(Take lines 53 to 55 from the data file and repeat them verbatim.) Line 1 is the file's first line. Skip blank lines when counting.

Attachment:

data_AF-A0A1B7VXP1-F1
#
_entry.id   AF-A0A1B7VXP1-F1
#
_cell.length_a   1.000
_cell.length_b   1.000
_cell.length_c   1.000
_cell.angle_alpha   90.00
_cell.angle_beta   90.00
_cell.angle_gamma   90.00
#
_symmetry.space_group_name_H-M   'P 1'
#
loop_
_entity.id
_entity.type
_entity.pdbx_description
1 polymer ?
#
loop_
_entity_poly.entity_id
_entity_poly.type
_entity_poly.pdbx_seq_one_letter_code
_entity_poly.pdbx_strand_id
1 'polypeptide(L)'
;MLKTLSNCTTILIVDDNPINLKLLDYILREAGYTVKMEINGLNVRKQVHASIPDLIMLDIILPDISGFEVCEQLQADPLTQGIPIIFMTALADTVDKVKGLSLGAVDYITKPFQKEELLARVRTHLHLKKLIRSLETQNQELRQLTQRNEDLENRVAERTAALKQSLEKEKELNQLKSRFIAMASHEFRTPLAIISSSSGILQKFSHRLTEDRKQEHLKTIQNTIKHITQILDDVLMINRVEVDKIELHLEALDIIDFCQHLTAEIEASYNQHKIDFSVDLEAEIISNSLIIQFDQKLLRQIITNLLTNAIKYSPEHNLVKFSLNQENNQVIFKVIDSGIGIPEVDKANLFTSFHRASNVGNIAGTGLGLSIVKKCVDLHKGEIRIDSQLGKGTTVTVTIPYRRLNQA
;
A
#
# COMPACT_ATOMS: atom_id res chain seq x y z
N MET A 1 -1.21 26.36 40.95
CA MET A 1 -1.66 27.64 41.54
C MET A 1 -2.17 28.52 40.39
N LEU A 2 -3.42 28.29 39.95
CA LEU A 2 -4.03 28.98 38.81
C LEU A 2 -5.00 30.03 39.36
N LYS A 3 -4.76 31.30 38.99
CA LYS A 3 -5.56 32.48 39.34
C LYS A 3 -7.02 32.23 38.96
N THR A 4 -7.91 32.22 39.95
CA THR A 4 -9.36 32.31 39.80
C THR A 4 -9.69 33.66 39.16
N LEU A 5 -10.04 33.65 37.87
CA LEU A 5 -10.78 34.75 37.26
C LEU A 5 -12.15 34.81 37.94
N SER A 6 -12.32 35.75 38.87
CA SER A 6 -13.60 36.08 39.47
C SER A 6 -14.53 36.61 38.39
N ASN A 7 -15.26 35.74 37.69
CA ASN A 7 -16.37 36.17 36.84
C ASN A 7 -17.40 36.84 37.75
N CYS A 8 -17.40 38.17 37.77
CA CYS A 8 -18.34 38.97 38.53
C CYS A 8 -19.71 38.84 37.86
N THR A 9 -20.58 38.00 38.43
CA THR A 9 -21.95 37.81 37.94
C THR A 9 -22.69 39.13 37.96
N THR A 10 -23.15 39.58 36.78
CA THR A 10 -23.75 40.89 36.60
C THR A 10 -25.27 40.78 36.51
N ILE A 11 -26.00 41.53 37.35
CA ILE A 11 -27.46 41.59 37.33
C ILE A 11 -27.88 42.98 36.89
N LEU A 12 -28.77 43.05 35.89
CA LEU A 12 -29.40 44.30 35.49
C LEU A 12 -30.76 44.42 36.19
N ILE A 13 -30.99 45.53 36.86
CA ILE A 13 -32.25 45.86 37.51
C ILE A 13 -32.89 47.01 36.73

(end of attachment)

CA CYS A 8 -18.34 38.97 38.53
C CYS A 8 -19.71 38.84 37.86
N THR A 9 -20.58 38.00 38.43